(Advocate file photo).

Red Deer’s police priorities set for next two years

Public names drug and property crimes as main targets

An annual policing plan focusing on reducing drugs, property crime and downtown issues was adopted for Red Deer Monday.

The priorities were outlined by respondents of a phone and web survey of more than 900 city residents.

For the first time, Coun. Ken Johnston said there was a “massive community dialogue” undertaken.

He hopes these latest policing priorities, and the resulting actions, will change Red Deer’s ranking in the Maclean’s magazine national crime survey in which the city has not fared well. This survey has influencing community perceptions of Red Deer being unsafe.

The city’s Director of Protective Services Paul Goranson said Maclean’s bases its rankings on Statistics Canada crime stats, which consider results per 100,000 population. This tends to skew results for smaller communities, but “if we reduce crime, our stats will go down and our status in Maclean’s will improve,” he added.

Police objectives in the report include continuing to target known criminals, educating the public about proactive approaches to crime reduction and other ways citizens can participate, increase the police presence in the downtown, and to facilitate better relations between downtown social agencies and businesses – as well as clients of both.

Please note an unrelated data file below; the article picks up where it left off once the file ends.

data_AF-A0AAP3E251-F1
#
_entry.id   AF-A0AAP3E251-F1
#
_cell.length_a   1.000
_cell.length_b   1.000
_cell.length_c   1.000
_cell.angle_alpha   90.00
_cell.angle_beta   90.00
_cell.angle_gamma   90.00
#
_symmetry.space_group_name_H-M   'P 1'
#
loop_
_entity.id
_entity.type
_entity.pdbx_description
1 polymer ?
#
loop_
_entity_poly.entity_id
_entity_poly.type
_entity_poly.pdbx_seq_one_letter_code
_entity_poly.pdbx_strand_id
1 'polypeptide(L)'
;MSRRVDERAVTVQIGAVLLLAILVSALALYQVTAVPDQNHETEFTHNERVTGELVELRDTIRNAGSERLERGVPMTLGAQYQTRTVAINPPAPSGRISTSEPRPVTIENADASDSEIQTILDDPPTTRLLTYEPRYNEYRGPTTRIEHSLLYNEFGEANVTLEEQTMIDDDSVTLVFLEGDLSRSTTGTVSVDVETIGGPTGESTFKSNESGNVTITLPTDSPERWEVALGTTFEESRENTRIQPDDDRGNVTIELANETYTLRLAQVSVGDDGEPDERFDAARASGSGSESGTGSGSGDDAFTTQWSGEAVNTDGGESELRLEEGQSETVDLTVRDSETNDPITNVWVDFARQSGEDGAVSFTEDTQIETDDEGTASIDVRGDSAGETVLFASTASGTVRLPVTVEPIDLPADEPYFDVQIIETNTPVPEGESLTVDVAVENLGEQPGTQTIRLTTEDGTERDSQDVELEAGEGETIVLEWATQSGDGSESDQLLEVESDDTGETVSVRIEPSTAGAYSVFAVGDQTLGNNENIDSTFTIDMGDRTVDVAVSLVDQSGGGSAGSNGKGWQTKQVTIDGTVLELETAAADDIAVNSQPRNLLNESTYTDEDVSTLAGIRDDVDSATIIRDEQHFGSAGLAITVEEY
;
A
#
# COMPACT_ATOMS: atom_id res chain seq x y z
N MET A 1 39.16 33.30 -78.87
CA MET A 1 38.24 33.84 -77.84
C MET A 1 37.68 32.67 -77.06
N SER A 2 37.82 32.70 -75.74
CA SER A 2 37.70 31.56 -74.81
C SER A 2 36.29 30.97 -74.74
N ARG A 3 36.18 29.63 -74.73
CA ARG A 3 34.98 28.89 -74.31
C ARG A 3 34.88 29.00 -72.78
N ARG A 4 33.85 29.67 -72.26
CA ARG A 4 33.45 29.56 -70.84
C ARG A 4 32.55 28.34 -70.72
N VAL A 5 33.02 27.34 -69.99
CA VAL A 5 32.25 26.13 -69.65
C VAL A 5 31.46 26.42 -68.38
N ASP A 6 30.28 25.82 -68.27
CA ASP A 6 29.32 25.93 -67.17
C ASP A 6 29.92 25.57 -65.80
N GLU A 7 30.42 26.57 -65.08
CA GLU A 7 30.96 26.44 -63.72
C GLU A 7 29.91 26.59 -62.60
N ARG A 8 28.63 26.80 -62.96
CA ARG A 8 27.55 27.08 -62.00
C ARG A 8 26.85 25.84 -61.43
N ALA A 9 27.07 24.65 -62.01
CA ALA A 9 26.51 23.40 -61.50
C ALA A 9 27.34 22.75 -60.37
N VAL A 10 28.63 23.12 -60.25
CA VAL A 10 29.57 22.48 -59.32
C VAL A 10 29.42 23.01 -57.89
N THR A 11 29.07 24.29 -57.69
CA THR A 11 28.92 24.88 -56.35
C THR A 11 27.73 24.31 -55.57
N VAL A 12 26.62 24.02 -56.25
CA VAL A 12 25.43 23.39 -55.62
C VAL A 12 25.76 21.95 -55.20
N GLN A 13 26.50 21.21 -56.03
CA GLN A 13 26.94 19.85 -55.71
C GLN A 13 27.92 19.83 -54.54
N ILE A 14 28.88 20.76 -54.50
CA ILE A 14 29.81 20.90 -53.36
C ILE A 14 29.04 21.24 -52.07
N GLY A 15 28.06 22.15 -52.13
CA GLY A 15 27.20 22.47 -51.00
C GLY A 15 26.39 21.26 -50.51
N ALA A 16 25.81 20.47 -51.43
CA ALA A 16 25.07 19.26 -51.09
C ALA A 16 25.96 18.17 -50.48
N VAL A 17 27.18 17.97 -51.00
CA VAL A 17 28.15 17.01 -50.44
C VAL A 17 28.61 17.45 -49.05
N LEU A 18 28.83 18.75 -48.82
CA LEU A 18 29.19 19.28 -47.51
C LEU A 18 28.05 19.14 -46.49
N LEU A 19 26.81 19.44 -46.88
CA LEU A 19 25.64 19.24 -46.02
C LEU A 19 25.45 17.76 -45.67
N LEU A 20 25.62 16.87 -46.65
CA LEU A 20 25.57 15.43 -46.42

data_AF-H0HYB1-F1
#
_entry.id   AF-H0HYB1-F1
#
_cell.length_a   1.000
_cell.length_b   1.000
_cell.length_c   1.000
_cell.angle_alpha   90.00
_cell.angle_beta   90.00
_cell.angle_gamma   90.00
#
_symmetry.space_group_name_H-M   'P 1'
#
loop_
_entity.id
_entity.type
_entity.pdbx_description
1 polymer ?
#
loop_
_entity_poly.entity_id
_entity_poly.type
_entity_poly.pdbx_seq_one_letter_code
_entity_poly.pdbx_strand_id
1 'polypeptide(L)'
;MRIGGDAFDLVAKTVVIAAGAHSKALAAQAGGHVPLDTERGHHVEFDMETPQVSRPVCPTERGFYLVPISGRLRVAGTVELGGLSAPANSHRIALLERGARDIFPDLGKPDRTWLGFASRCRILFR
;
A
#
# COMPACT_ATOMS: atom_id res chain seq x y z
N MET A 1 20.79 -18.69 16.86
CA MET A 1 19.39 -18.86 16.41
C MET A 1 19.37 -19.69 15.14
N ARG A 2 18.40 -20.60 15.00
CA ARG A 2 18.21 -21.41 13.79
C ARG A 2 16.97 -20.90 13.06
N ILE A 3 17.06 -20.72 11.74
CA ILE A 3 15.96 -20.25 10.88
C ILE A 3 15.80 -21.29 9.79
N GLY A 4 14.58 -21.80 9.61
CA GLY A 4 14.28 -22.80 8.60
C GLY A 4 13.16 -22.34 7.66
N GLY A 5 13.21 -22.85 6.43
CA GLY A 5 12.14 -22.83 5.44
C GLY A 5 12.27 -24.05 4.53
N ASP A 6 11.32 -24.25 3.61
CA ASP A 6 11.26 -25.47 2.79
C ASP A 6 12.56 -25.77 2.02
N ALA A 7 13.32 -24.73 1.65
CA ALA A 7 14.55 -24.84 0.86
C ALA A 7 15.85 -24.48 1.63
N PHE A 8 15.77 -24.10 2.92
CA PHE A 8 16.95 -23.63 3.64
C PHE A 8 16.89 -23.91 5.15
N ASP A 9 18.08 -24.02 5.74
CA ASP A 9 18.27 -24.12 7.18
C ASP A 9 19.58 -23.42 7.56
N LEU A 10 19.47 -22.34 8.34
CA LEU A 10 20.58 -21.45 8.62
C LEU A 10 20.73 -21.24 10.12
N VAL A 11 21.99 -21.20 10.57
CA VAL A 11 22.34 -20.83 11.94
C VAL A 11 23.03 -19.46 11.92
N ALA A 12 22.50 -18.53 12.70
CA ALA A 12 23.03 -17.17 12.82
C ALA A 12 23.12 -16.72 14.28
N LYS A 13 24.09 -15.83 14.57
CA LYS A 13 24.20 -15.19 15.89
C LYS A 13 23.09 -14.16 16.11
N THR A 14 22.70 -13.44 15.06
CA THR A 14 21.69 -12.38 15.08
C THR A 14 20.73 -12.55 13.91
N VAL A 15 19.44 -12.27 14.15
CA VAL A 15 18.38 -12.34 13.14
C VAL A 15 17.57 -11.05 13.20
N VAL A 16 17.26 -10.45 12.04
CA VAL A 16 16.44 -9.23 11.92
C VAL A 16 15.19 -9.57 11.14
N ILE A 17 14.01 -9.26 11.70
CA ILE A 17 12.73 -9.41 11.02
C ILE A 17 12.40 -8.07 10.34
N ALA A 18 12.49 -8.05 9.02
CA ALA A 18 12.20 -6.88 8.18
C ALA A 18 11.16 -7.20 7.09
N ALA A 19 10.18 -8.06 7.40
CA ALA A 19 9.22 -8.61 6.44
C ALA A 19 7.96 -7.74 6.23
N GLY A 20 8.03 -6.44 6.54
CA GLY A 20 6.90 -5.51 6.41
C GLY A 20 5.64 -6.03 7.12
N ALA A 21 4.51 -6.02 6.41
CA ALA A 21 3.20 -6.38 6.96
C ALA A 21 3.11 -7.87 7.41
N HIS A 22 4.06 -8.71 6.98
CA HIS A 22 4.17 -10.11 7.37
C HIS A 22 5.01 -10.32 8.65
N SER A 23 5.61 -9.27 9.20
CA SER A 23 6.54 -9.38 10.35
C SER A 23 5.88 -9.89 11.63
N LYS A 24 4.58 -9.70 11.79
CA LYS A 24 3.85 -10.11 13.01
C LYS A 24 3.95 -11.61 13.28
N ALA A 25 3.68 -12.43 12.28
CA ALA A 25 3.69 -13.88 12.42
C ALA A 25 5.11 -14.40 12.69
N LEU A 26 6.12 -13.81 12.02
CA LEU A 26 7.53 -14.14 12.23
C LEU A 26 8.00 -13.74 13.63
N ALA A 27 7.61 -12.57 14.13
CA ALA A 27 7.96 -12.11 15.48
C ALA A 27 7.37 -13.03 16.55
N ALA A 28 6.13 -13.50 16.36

Coun. Tanya Handley questioned how the latter was possible for police. City manager Craig Curtis suggested it might start by the RCMP building closer relations with both agencies and businesses.

Councillors were generally pleased with the report. Coun. Dianne Wyntjes said homelessness and mental health are outside the police’s jurisdiction, yet contribute towards the public perception of threat. However, she was happy to see the public education component, noting locking sheds and placing bike registrations on a registry all help reduce crime.

Coun. Buck Buchanan was the only one who didn’t support the plan. He felt specific initiatives, such as Project Pinpoint and police downtown foot patrols should have been named in it. He also objected to the very modest targets set for reducing crime — by three per cent annually through 2020.

Several councillors noted Project Pinpoint, in which known criminals are observed and targeted, has already helped reduced crime by a much larger margin. Coun. Michael Dawe noted just in this last quarter police reported local property crimes have dropped to 2,109 from 4,330, car thefts to 178 from 389 and break-ins to 238 from 358.

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